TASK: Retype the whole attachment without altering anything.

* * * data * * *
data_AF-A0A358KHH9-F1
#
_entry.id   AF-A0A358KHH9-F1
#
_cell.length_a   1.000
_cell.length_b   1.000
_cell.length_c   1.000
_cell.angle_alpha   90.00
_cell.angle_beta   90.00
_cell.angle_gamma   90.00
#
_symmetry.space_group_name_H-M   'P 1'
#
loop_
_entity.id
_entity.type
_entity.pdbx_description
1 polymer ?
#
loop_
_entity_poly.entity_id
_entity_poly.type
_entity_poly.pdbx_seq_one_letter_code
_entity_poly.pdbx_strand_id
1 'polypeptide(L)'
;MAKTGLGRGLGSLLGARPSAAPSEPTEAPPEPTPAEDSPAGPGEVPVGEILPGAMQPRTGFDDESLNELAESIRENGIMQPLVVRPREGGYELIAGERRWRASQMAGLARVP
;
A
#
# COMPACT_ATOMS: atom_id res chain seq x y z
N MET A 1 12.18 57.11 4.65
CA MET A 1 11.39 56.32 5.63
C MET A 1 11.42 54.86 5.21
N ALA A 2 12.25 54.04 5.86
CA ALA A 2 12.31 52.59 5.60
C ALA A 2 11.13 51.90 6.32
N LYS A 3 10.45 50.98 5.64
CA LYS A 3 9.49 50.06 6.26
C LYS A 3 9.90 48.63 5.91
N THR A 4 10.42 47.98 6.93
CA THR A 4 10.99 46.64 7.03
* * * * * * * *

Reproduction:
data_AF-A0A358KHH9-F1
#
_entry.id   AF-A0A358KHH9-F1
#
_cell.length_a   1.000
_cell.length_b   1.000
_cell.length_c   1.000
_cell.angle_alpha   90.00
_cell.angle_beta   90.00
_cell.angle_gamma   90.00
#
_symmetry.space_group_name_H-M   'P 1'
#
loop_
_entity.id
_entity.type
_entity.pdbx_description
1 polymer ?
#
loop_
_entity_poly.entity_id
_entity_poly.type
_entity_poly.pdbx_seq_one_letter_code
_entity_poly.pdbx_strand_id
1 'polypeptide(L)'
;MAKTGLGRGLGSLLGARPSAAPSEPTEAPPEPTPAEDSPAGPGEVPVGEILPGAMQPRTGFDDESLNELAESIRENGIMQPLVVRPREGGYELIAGERRWRASQMAGLARVP
;
A
#
# COMPACT_ATOMS: atom_id res chain seq x y z
N MET A 1 12.18 57.11 4.65
CA MET A 1 11.39 56.32 5.63
C MET A 1 11.42 54.86 5.21
N ALA A 2 12.25 54.04 5.86
CA ALA A 2 12.31 52.59 5.60
C ALA A 2 11.13 51.90 6.32
N LYS A 3 10.45 50.98 5.64
CA LYS A 3 9.49 50.06 6.26
C LYS A 3 9.90 48.63 5.91
N THR A 4 10.42 47.98 6.93
CA THR A 4 10.99 46.64 7.03